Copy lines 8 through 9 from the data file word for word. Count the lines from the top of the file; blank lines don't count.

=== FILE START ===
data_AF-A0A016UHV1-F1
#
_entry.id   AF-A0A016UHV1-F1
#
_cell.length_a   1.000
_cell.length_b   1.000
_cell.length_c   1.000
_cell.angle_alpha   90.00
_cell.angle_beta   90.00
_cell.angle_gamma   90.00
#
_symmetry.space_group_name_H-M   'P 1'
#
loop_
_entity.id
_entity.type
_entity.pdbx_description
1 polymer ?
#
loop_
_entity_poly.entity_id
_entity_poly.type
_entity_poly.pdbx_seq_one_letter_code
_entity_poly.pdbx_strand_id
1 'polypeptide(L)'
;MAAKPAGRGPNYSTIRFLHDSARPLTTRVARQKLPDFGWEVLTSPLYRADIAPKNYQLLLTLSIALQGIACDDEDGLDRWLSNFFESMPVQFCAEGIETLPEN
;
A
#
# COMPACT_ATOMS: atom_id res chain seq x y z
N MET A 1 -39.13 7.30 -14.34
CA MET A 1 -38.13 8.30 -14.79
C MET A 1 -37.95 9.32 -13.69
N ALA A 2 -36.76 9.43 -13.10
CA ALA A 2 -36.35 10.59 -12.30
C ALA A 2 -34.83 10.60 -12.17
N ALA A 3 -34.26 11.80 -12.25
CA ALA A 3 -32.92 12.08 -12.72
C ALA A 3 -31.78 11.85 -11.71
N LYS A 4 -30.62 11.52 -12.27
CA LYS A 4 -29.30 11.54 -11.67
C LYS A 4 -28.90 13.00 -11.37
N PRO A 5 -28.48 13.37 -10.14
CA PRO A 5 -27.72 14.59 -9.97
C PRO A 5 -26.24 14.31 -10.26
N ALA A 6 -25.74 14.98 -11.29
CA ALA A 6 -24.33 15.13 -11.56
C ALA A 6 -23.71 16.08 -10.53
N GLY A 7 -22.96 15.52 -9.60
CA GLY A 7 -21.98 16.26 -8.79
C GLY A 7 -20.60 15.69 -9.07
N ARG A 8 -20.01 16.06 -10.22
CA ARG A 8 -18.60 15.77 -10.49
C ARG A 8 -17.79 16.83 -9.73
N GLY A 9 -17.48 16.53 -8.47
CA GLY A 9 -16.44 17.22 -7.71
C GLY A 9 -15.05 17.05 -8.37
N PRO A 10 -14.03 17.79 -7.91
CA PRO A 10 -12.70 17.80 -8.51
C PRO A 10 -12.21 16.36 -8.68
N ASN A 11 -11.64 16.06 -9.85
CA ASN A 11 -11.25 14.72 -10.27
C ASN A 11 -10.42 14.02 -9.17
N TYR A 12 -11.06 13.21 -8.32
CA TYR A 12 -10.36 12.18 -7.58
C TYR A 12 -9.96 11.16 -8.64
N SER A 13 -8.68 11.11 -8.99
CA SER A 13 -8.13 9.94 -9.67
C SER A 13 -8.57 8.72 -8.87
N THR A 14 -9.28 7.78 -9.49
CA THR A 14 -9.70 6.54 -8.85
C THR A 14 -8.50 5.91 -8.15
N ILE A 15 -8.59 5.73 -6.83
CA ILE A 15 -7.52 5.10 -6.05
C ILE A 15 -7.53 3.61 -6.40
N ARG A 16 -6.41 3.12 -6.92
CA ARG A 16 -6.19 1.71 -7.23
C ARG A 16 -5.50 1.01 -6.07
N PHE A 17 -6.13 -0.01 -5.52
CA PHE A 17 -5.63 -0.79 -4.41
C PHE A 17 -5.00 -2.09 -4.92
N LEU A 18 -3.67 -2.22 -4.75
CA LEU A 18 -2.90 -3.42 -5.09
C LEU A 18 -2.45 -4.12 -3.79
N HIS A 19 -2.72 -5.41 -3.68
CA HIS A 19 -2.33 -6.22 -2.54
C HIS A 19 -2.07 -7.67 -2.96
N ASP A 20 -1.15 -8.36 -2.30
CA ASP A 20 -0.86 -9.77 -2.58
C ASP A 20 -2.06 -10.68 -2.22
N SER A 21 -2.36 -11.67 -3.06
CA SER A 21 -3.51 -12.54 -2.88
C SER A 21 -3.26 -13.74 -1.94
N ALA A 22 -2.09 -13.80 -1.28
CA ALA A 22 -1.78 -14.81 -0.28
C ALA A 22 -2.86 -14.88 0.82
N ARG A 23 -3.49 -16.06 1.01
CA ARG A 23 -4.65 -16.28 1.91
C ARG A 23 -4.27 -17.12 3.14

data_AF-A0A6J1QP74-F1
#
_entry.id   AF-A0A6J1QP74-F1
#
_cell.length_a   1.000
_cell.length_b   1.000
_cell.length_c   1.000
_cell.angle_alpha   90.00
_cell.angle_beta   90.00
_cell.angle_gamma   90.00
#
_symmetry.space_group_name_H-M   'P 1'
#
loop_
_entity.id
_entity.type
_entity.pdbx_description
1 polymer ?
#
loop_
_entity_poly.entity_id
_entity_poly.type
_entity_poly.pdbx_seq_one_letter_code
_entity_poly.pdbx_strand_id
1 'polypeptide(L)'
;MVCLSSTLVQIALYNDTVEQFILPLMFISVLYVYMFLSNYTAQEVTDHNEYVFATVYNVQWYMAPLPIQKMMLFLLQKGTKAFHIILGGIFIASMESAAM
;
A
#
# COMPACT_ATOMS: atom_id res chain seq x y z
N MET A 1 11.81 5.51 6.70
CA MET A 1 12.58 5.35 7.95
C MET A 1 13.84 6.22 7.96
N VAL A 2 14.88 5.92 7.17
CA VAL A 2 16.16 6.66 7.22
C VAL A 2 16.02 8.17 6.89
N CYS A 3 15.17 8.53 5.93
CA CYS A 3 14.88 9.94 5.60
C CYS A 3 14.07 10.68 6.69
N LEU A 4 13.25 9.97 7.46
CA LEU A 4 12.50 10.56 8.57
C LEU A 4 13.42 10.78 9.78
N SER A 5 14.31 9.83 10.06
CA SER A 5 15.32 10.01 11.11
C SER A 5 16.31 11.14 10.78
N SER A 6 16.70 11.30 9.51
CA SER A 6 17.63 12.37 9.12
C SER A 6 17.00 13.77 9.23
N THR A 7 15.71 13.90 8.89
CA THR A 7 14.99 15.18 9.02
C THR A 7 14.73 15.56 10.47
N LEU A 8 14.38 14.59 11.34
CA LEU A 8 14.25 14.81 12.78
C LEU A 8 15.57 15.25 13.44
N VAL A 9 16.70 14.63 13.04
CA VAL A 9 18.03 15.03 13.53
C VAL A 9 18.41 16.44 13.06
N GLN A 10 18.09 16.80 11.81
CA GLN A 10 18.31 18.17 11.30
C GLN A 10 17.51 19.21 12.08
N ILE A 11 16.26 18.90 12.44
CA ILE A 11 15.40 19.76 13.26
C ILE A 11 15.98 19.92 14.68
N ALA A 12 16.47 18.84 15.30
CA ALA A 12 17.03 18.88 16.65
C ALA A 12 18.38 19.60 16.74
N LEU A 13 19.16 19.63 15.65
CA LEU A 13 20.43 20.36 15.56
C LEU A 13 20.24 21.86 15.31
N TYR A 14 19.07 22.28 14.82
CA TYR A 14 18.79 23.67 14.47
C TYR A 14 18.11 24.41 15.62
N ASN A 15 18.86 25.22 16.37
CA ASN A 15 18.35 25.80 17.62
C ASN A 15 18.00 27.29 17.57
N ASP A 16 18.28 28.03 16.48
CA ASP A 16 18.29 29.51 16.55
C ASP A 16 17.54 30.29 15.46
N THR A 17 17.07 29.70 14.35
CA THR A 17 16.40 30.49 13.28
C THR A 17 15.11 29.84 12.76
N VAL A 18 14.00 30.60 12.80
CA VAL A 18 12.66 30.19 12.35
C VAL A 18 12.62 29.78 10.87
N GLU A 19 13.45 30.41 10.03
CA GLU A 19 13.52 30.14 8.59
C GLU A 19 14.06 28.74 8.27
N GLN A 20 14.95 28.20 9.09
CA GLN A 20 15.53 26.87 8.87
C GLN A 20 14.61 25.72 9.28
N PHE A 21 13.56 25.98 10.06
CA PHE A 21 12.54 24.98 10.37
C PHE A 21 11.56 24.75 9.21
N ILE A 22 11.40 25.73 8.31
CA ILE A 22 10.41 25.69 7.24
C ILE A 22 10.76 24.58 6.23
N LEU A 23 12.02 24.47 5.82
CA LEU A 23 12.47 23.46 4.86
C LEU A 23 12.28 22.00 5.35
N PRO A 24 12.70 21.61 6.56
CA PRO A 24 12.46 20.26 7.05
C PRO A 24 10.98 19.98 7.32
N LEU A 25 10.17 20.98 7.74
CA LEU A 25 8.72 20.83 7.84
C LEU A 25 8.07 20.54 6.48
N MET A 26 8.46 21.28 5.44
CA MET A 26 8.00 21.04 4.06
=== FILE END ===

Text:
_cell.angle_alpha   90.00
_cell.angle_beta   90.00